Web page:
Essex Gate
This is named after the Earl of Essex who was a member of the Capel family and was Viceroy for a period. It was also a gate into the medieval city.

Essex Street
Named after the Viceroy Earl of Essex. Originally was Orange Street and earlier was Smock Alley.

Eustace Street
This is named after the Eustace family who had a mansion here.

Exchange Street
Named due to its proximity to the original Royal Exchange. Was Chequer Street previously.

Exchequer Street
The Royal Exchequer was based here in the middle ages.


Fleet Street
Originally this marked the edge of the south bank of the Liffey along with Temple Bar. The name presumably derives from fleets of ships coming up the river to moor here.

Fishamble Street
This was the center for fish processing in the medieval city.

Fitzwilliam Square
Named after the Fitzwilliam family who developed this land as part of their great estate on the southside of the Liffey.

Forbes Street
Named for the George Forbes, Lord Mayor of Dublin in 1720.

Fosters Place
Named after John Foster, a Wide Streets Commissioner and Speaker of the House of Commons in the Irish Parliament.

Fownes Street
This is named after the Fownes family who had a medieval mansion and gardens in this area stretching down to the riverside.

Francis Street
Named due to its proximity to the mendicant friary of St Francis and originally known as St Francis Street.

Frederick Street
Originally known as Library Street


Gardiner Street
Named after Luke Gardiner, who as head of the Gardiner Estate was responsible for laying out much of this part of Dublin. At one time the Gardiners owned 25 percent of the city within the canals.

Grafton Street
Named after the Earls of Grafton who owned land in this area and developed by the Dawson family.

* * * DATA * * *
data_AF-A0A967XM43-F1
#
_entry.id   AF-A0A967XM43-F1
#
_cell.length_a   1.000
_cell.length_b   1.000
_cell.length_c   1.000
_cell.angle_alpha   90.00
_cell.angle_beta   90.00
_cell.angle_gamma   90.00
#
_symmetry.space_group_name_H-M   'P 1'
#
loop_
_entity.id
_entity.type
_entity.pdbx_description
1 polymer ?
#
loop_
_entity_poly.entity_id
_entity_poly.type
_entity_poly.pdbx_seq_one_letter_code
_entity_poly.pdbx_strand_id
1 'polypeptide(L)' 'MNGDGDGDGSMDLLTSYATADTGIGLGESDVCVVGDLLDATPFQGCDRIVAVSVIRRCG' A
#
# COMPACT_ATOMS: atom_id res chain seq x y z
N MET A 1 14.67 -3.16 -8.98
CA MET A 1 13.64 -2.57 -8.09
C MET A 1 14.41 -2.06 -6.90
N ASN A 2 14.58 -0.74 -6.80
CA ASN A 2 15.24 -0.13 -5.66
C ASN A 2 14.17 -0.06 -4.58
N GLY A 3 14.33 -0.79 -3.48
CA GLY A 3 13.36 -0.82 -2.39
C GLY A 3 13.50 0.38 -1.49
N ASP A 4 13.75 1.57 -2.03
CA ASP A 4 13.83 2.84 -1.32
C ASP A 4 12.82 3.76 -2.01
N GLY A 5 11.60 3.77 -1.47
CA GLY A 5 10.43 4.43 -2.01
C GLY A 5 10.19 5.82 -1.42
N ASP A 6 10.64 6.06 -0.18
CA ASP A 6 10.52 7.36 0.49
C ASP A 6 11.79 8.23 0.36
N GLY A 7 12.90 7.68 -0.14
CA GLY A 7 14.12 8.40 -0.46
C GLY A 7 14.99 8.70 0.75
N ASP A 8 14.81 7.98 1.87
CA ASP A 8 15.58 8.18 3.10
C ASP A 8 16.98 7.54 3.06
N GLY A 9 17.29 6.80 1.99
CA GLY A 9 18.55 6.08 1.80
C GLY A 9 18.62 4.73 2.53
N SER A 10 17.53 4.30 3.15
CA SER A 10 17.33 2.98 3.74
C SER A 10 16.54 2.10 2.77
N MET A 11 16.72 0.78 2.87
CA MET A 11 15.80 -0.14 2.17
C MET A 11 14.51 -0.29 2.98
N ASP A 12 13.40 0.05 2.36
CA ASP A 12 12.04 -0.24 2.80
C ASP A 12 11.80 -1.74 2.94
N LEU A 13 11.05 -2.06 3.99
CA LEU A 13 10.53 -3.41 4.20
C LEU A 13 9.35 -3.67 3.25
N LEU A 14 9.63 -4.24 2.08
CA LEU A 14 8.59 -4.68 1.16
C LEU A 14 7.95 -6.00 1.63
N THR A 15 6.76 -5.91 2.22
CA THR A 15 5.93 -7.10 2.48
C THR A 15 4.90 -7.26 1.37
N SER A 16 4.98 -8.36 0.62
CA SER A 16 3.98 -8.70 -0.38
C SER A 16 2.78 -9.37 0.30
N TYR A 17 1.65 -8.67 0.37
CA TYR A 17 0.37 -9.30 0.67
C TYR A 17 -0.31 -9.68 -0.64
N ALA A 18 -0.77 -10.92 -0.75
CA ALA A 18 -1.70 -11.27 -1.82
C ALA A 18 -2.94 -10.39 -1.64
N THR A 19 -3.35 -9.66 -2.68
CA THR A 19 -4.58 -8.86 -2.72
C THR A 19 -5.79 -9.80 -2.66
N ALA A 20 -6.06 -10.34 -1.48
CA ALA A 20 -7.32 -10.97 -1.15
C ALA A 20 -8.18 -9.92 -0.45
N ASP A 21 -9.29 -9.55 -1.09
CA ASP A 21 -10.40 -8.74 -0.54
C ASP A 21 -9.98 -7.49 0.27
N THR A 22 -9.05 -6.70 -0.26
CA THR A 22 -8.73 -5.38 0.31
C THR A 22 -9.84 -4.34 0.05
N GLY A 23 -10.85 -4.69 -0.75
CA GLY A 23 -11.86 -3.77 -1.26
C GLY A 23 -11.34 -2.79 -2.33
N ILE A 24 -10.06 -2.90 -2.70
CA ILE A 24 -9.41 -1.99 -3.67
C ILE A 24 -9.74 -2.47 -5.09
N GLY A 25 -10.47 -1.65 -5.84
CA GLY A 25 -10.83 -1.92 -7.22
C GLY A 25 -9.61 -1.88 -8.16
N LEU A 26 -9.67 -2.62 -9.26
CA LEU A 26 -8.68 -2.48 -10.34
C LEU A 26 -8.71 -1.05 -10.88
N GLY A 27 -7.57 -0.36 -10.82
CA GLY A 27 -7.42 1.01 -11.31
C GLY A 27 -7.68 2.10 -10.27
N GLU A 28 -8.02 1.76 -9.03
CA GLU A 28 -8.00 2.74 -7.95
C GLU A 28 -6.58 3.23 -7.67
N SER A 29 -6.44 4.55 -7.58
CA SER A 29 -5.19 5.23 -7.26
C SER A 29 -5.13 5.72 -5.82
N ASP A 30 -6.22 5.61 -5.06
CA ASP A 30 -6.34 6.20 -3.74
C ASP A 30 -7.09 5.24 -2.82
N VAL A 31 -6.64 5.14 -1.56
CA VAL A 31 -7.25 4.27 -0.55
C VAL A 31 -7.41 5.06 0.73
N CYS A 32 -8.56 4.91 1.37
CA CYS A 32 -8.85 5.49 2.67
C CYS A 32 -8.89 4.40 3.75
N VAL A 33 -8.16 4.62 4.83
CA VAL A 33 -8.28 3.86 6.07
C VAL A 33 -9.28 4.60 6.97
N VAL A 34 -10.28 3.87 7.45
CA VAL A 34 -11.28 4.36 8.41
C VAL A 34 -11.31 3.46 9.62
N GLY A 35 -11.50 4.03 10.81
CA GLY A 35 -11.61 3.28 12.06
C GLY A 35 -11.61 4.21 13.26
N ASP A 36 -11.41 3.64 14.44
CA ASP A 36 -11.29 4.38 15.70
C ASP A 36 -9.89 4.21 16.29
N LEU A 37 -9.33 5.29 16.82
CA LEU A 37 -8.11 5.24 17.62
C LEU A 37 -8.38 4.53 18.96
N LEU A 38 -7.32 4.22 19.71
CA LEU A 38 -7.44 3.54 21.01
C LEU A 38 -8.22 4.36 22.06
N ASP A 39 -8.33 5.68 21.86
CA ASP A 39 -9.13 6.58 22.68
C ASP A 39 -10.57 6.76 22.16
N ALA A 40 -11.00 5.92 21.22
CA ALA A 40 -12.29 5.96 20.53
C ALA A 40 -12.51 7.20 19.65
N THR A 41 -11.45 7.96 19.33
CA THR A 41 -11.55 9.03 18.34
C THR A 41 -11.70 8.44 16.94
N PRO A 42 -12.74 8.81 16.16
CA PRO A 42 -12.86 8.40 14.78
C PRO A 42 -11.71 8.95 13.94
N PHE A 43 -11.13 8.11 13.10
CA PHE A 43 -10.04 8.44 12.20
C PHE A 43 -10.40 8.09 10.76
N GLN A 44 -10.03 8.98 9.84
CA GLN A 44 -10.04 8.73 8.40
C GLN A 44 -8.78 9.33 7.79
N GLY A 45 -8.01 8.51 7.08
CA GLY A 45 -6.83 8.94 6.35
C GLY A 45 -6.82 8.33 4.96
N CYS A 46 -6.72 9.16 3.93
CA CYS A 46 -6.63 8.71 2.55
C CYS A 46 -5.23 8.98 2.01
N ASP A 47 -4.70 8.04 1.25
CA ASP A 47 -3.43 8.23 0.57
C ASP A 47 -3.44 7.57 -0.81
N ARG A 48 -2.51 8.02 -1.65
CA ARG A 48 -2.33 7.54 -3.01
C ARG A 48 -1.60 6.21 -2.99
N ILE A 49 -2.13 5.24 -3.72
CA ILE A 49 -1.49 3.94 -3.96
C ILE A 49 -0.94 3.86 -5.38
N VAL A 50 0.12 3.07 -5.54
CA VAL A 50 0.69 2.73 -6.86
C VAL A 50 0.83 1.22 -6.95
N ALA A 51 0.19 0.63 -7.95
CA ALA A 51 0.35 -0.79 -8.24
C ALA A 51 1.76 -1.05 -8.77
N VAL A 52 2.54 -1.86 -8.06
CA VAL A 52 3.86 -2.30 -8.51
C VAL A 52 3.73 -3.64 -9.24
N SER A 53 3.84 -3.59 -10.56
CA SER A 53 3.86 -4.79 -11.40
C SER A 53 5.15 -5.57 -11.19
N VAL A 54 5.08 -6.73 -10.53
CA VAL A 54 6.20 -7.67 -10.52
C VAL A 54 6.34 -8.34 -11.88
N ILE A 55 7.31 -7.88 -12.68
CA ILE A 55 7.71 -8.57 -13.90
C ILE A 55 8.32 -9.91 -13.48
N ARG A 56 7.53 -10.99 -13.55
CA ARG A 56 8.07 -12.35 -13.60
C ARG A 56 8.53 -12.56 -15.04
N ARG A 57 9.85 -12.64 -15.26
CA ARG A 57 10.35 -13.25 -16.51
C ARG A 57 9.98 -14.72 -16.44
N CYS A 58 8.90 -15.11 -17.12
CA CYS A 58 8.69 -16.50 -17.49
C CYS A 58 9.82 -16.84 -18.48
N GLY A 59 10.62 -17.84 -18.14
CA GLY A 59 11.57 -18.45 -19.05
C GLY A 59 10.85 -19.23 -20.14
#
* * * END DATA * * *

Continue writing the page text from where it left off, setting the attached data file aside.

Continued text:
Grand Canal Street
Known as Grand Canal Street since 1791 after the nearby Canal docks. Originally Artichoke Road after John Villiboise, a Huguenot settler, who obtained built a house here in 1736 and grew artichokes in his garden.


Hanover Quay
Named for the family of George I, Elector of Hanover, who was invited to Britain by the Protestant elite in 1714 to secure the throne.

Harcourt Street
Named after Lord Harcourt, a former Lord Lieutenant of Ireland.

Harry Street
Named after Harry Dawson who developed the area.

Harrington Street
Named after a former Lord Mayor of Dublin.

Hatch Street
This area was owned by the Leeson family but they let sites to John Hatch, after whom the street is named, in 1759.

Henrietta Street
This street was developed by Luke Gardiner and was named after Henrietta, Duchess of Grafton.

Henry Street
Developed by Henry Moore, Earl of Drogheda whose juvenile sense of humour is reflected in the street names bearing his name, Henry Street, Moore Street, Earl Street, Of Lane (now Off lane), and Drogheda Street.

Heytesbury Street
Named after the 1st Earl of Heytesbury

Holles Street
Named after Denzille Holles who was Earl of Clare

Horse Fair Road
Named for a horse-fair said to have been held in the South Lotts in the 18th century.

Hume Street
Both Hume Street and Ely Place were laid out by a surgeon turned building speculator Gustavus Hume


Inns Quay
Named after the Kings Inns which occupied a site here since its foundation in 1561.


James Gate
Originally there was a city gate near here and the proximity to St James Church combined to give the street its name. Now best known for being the home of the Guinness Brewery.

Jervis Street
Named after Sir Humphrey Jervis, Dublin Lord Mayor and business man who laid out the area around St Mary’s Abbey after he bought much of the estate.


Kildare Street
Named after the Fitzgeralds, Earls of Kildare and Leinster who built Leinster House as their townhouse in 1745.